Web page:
Having visited many fine museums throughout the world and being an avid student of art history, I enjoy venturing beyond the usual Eurocentric and Asian collections to investigate Islamic Art. I also like to pair my interest in art with world history and Silk Road civilizations. I am currently reading The Silk Roads, A New History of the World, by Peter Frankopan. It was recommended to us by Oxford scholar Craig Clunis. It turns traditional thinking about world history on its head and is a fascinating read.
My quest for understanding the Silk Road was initiated a few years ago during my first world journey in 2014 through Northwest China and the relatively untouristic path from Dunhuang through Turfan and Urumqi to Uzbekistan (See World Travels 2014 Page). My current personal research on Iran at the opposite end of my initial travels on the Silk Road (originally named Seidene Strasse by a German academic) will hopefully culminate in a trip to Persia in the near future.
I couldn’t resist a stop at the Metropolitan Museum’s expanded and comprehensive collection of Near Eastern Artwork. I two-timed the Michelangelo exhibit, the primary purpose of my visit, that I saw with my sister in New York last month. The section includes an entire room with a soothing trickling water fountain and narrowly proportioned, elegant tracery windows made to simulate a traditional courtyard. Selected items in the collection are below, some with captions (but not all) .
As a design major in my undergraduate days at UC Berkeley, I learned Western calligraphy styles, such as Carolingian, Uncial, and Gothic. I couldn’t help but want to master the Islamic calligraphic style that now suddenly appeared so beautiful and balanced to me. Of course, learning how to read it would be part of the goal, a simple feat…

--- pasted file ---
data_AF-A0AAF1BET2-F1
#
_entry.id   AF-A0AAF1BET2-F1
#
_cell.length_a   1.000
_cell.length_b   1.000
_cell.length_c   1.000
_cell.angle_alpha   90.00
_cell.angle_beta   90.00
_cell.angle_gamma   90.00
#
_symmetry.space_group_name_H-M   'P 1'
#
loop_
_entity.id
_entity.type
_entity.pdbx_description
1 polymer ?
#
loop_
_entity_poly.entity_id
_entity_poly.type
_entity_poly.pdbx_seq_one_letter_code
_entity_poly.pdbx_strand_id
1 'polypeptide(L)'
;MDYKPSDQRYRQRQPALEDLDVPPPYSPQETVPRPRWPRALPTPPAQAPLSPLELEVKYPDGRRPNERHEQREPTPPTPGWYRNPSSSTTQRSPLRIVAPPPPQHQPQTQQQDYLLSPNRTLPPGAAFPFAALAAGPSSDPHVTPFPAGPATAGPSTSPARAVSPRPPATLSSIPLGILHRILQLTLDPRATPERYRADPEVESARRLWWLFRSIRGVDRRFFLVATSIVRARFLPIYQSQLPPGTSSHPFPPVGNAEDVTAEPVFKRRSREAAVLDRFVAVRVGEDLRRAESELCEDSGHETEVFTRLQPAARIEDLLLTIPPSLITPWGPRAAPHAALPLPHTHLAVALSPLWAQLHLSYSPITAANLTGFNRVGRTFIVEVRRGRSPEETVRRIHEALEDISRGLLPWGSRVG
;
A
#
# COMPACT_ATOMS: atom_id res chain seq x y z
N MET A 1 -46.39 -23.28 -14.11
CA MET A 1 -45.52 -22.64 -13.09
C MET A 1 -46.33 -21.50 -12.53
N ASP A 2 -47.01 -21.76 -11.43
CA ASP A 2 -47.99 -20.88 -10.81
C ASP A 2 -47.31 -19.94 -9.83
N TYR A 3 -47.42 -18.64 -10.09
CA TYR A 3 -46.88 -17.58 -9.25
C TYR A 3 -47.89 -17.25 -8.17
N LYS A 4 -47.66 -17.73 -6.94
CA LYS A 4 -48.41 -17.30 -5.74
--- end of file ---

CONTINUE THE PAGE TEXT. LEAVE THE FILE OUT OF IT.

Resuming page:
My earliest curiosity over the wide stretches between Asia and Europe came from specific designs of “Oriental” carpets, such as Bokhara, Tabriz, Caucasian, and Isfahan. I had no idea what they meant. Lo and behold, the places where they were made exist, or once did. It was exciting for me to discover that Bokhara and Samarkand in Uzbekistan were also UNESCO world heritage sites.
Below are a representative collection of carpets in the Near East Gallery at the MET. The weavers of the Anhalt Medallion carpet (2nd from the left below) followed a paper cartoon in creating the design. The carpet is derived from the Anhalt prince of Dessau, whose ancestors may have acquired it through military campaigns against the Ottoman Turks in the late 17th C.
Porcelain was a coveted item from China. In addition to silk, these goods pwere transported along what became the Silk Road. The Sogdian traders based in Samarkand were the kings of the highway, and were adept at managing, bargaining and anticipating desirable goods along the route. In turn, cobalt and copper were brought from the Near to the Far. The beautiful calligraphy and inscription to the bowl below reads “Planning before work protects you from regret; good luck and well being”.
There were only a few sculptural ceramics but I particularly liked the whimsical and creative “bird woman” shown below.
I’m including a few of the beautiful floral-themed beauties that I discovered at the Grassi Museum in Leipzig (descriptions are in German) below, to compare with those from the MET.
The featured map above also comes from the Grassi. I could stare at maps like these forever, to contemplate and realize how little we know about the vast array of significant dots between Europe and Asia. You can’t really study the Silk Road without knowing the key place names that put them in time and order!
2 thoughts on “Islamic Art at the Metropolitan Museum, New York City, and the Grassi Museum, Leipzig”
Just catching up. I too love the mystery of the Silk Road. Aren’t the colours beautiful in the carpets and bowls!
Islamic Art is so little known and underappreciated, yet it is some of the most beautifil and original. I make a point to see whatever is available in Western museums, but like all others, nothing compares to those pieces that reside in their original locations. We hope to visit Iran next month!
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